There are two very good reasons that the loan process is much more onerous on today’s buyer than perhaps any time in history.
However, there is some good news in the situation. The housing crash that mandated that banks be extremely strict on paperwork requirements also allowed you to get a mortgage interest rate probably at or below 4%.
The friends and family who bought homes ten or twenty ago experienced a simpler mortgage application process...
In the latest Rent vs. Buy Report from Trulia, they explained that homeownership remains cheaper than renting with a traditional 30-year fixed rate mortgage throughout the 100 largest metro areas in the United States.
The updated numbers actually show that the range is from an average of 16% in Honolulu (HI), all the way to 55% in Sarasota (FL), and 35% Nationwide!
Buying a home makes sense socially and financially. Rents are predicted to increase ...
A recent article that appeared on Nasdaq.com addressed the issue of whether it is best to buy or rent in today’s real estate environment. The article was very fair in discussing both options.
However, there was one portion of the article that we questioned. One of the experts was quoted as saying:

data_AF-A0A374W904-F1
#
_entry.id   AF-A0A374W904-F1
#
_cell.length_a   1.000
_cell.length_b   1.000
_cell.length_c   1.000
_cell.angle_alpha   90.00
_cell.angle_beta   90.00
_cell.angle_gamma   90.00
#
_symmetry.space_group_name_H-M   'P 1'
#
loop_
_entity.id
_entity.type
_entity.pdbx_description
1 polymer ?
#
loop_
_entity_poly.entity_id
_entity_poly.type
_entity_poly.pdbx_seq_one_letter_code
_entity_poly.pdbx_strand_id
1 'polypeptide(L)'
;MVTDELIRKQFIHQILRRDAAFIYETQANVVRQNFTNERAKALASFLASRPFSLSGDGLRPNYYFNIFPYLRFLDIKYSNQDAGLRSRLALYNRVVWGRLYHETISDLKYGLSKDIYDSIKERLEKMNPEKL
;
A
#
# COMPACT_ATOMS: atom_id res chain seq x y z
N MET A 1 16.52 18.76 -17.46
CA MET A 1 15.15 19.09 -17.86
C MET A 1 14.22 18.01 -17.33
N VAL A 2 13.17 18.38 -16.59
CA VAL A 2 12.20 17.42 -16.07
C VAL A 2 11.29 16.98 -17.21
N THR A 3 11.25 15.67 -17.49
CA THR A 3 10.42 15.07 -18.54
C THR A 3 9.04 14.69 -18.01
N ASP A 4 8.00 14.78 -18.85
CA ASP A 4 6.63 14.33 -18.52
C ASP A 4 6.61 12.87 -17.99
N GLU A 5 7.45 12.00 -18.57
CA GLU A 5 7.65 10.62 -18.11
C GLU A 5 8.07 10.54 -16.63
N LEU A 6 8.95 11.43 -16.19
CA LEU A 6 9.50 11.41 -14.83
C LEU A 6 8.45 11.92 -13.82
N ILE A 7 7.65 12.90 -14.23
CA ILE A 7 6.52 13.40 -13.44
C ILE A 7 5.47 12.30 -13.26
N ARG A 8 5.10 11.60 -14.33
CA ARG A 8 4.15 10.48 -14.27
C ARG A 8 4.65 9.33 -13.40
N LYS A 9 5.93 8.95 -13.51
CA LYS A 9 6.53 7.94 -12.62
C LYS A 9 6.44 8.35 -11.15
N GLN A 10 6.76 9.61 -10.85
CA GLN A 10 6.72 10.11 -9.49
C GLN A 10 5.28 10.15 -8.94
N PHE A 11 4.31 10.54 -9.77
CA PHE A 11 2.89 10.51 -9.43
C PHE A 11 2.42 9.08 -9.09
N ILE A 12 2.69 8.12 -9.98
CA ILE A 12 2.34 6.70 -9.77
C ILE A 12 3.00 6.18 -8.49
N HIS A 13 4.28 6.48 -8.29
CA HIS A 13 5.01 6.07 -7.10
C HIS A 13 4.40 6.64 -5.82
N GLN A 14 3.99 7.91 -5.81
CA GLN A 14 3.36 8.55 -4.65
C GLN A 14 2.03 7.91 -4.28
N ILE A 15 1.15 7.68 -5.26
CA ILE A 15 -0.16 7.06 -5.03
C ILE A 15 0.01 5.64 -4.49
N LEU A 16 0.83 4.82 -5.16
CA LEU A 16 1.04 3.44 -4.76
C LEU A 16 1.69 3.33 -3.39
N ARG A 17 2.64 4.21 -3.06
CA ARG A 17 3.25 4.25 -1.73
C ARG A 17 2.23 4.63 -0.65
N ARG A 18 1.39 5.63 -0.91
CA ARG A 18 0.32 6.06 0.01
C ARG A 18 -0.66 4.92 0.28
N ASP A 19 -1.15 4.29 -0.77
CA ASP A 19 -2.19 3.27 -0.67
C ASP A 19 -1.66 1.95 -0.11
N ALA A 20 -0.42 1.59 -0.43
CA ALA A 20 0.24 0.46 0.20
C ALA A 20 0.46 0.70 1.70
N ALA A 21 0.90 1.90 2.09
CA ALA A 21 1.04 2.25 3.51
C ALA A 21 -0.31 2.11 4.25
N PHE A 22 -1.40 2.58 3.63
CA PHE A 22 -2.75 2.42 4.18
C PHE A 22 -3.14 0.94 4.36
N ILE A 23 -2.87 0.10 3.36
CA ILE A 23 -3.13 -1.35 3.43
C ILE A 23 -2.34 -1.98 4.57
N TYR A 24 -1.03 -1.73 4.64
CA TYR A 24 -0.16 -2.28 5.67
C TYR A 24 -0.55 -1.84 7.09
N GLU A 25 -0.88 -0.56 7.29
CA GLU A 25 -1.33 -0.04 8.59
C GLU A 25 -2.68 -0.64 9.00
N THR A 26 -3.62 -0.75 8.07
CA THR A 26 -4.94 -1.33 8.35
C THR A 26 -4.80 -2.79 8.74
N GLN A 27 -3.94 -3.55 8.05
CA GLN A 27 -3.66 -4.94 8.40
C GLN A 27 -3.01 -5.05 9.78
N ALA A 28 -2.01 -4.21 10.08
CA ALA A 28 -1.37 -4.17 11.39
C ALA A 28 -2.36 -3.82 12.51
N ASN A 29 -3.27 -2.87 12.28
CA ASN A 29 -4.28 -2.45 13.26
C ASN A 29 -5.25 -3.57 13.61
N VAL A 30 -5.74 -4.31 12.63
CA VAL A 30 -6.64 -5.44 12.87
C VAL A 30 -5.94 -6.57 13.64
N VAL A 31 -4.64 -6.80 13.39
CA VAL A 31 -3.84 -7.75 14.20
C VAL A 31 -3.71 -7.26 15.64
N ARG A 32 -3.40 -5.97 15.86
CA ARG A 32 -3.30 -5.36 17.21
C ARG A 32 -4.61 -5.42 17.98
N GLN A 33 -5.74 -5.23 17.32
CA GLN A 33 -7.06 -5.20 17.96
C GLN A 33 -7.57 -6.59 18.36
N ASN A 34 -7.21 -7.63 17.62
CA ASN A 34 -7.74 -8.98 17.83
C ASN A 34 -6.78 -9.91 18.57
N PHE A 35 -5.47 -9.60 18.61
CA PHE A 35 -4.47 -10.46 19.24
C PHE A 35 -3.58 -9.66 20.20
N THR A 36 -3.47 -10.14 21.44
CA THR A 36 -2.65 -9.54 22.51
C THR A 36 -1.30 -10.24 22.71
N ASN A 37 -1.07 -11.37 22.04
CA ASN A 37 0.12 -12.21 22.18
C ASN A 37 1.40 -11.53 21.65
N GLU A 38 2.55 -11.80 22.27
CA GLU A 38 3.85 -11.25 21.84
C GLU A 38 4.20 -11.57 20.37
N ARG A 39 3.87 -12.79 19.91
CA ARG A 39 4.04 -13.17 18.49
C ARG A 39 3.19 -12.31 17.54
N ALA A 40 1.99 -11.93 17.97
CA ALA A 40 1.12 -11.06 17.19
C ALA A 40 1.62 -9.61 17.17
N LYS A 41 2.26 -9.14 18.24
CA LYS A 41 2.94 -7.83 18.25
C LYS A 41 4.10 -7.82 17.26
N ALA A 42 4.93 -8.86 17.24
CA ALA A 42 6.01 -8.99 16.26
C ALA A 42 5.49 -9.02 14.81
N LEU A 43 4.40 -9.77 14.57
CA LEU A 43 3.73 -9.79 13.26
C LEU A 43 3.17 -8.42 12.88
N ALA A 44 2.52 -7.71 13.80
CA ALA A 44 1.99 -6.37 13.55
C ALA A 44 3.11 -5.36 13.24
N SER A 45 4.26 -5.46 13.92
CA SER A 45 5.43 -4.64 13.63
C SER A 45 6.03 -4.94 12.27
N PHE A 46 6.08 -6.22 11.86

“For some people, the choice is very clear: Buying a home can be more costly, given the cost of the purchase itself, plus taxes and insurance, plus maintenance and repairs.”
This argument is often made in defense of renting. However, we don’t believe it makes logical sense. They claim that, as a renter, you won’t have the expenses of “taxes and insurance, plus maintenance and repairs”. Do they really believe that the landlord pays all those expenses for their tenants?
The vast majority of landlords own rentable real estate as a form of investment. As any other investor would, they expect to make a return on that investment (ROI) - otherwise known as profit. In order to make a profit, the landlord needs to include EVERY expense they incur into the rent…AND THEN ADD A PROFIT MARGIN!!
We think it is incorrect to advise a prospective renter that they won’t have the same expenses that a homeowner would have. They just pay those expenses to a landlord with a “premium” built in....